Networking: A Beginner's Guide
uring 2001 and 2002, a number of large accounting scandals--involving
companies like Enron, WorldCom, Global Crossing, and Tyco--rocked the
business world. These various scandals, which substantially reduced investor
confidence in the U.S. equity markets, resulted in Congress passing a law called the
Sarbanes-Oxley Act of 2002. The Sarbanes-Oxley Act of 2002, also known as SarbOx
or SOX, establishes a framework that governs the accuracy and fairness of financial
reporting for publicly traded companies in the United States, and implements a
number of rules to help reduce the potential for accounting fraud.
Because information technology (IT) systems and processes play an important role
in a company's accounting and reporting duties, the IT department is a critical part of
a company achieving SOX compliance. Almost all of the impact from SOX that affects
IT departments comes from a single section of SOX, called Section 404. However,
before exploring the effects of Section 404 on IT departments, it is helpful for you to
understand the basic contents of SOX.
This appendix begins with a summary of SOX, and then covers key procedures for
an IT internal control system, including compliance testing. The final section presents
some examples of IT standard operating procedures (SOPs).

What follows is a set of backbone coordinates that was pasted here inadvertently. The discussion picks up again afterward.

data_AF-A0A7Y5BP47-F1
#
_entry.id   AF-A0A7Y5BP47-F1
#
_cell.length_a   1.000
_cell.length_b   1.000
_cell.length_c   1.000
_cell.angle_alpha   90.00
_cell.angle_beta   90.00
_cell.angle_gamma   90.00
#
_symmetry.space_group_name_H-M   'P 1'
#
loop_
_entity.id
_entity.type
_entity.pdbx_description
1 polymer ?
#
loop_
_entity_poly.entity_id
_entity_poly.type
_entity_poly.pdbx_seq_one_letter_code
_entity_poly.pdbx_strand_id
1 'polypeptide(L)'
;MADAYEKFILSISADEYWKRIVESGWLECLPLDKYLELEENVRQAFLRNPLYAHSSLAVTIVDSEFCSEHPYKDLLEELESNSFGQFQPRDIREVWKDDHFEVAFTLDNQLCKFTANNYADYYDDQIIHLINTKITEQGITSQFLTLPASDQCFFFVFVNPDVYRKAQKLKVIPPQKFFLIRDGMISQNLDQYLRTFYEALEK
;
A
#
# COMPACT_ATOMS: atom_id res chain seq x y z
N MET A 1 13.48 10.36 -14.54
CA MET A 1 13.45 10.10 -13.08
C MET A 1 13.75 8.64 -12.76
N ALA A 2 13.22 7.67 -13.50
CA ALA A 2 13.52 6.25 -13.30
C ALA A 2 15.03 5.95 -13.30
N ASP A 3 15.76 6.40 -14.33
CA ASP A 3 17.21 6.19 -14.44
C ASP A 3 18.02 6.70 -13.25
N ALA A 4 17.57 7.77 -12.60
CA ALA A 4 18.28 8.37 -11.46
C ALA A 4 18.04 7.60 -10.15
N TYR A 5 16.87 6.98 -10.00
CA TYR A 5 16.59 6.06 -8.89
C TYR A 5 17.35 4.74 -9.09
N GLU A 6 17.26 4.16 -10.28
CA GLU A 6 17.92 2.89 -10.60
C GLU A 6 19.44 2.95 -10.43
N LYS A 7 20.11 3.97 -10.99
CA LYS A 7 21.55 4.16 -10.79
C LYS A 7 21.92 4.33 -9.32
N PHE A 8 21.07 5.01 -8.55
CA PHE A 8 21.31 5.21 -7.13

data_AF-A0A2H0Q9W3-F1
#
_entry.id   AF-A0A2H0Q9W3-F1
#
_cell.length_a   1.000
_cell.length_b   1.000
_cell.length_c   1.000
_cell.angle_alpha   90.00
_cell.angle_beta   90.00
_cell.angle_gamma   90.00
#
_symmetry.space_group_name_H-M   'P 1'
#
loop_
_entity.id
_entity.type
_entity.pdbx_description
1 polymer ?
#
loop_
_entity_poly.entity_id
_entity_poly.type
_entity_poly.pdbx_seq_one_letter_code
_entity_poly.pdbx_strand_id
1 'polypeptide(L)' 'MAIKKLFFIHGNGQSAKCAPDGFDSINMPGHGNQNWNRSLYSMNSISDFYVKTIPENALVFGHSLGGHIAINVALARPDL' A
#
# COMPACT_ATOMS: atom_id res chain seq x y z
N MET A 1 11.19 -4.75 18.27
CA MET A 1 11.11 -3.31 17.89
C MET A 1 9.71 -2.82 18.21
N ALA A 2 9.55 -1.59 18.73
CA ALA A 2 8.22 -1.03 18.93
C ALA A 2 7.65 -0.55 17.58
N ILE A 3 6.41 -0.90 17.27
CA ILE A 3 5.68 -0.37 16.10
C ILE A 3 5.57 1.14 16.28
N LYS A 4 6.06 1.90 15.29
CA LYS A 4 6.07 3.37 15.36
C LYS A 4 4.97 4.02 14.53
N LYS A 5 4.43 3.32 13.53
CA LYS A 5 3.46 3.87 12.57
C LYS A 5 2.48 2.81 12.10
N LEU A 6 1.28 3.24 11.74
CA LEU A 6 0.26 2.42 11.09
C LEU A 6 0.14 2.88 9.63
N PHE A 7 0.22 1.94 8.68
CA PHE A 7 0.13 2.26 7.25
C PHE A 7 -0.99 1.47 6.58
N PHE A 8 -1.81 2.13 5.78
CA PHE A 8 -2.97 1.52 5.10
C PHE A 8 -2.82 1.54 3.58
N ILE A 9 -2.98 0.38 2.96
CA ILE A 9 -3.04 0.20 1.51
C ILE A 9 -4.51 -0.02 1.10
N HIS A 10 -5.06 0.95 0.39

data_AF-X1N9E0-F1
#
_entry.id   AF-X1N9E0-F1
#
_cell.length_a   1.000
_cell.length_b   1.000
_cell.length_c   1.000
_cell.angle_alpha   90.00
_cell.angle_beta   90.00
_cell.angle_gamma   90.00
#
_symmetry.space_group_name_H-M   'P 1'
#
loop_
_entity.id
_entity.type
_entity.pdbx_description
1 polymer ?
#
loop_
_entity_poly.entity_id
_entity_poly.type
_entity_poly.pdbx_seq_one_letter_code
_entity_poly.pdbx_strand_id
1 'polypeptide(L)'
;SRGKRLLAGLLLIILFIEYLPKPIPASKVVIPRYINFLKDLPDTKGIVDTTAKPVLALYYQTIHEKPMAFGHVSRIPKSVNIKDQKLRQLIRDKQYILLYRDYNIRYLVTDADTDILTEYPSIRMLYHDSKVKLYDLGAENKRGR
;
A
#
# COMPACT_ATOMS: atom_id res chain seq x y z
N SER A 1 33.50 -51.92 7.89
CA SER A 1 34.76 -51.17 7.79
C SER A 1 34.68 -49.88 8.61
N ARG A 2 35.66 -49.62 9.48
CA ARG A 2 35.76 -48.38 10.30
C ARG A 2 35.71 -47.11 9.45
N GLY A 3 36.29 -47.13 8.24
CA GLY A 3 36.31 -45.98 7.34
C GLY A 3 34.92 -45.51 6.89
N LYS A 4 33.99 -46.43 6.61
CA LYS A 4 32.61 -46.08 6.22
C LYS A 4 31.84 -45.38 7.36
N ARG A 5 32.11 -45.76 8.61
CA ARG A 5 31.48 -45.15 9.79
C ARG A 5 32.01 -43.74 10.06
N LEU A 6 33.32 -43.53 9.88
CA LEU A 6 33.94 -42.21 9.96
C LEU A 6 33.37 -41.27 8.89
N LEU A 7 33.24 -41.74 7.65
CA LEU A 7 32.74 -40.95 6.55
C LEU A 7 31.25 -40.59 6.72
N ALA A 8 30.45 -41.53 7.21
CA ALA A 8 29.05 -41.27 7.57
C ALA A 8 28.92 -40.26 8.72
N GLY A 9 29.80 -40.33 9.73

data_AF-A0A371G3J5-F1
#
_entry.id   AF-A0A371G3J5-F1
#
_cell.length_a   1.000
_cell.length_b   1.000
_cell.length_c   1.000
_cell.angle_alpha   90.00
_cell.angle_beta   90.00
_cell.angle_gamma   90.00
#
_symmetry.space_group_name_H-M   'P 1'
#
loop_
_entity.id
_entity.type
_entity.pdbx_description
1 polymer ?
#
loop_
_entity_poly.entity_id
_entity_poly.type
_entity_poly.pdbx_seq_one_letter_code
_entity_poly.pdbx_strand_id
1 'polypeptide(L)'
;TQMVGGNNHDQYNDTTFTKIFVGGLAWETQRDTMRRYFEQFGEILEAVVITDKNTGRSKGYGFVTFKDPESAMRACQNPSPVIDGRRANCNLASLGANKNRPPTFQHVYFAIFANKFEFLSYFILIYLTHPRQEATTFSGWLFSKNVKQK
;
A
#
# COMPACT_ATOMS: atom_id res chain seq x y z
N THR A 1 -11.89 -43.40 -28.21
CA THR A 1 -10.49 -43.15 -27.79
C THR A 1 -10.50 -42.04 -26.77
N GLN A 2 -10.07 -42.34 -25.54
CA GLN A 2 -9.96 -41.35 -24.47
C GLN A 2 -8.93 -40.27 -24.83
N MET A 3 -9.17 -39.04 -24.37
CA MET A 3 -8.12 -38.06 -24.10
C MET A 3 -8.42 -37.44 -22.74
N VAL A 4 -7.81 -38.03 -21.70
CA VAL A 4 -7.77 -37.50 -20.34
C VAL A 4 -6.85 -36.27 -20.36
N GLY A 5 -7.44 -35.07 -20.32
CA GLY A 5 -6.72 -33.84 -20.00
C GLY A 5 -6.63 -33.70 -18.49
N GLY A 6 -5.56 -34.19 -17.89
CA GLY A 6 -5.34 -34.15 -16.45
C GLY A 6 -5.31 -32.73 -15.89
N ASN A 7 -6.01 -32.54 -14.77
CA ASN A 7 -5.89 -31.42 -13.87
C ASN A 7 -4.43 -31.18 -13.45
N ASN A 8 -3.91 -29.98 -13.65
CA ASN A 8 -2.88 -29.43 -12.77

Sarbanes-Oxley Act Summary
SOX is divided into 11 main parts called titles, each further broken down into a number
of sections. Each title contains between one and nine sections.
You can download the entire text of the Sarbanes-Oxley Act of 2002 from the Public
Title I: Public Company Accounting Oversight Board
Title I mandates that a Public Company Accounting Oversight Board (PCAOB) be
established. The PCAOB oversees the auditing of public companies. This includes
setting up rules that control the auditing, quality control, ethics, independence, and
other standards relating to audit reports.
Under Title I, all public accounting firms must register with the PCAOB. Each
accounting firm must provide the PCAOB with details on which public companies
it audits, the fees it earns, and any complaints or adverse actions against the public
accounting firm. Title I also includes a number of administrative details about the
PCAOB, such as the composition of the board, how long the members serve, and so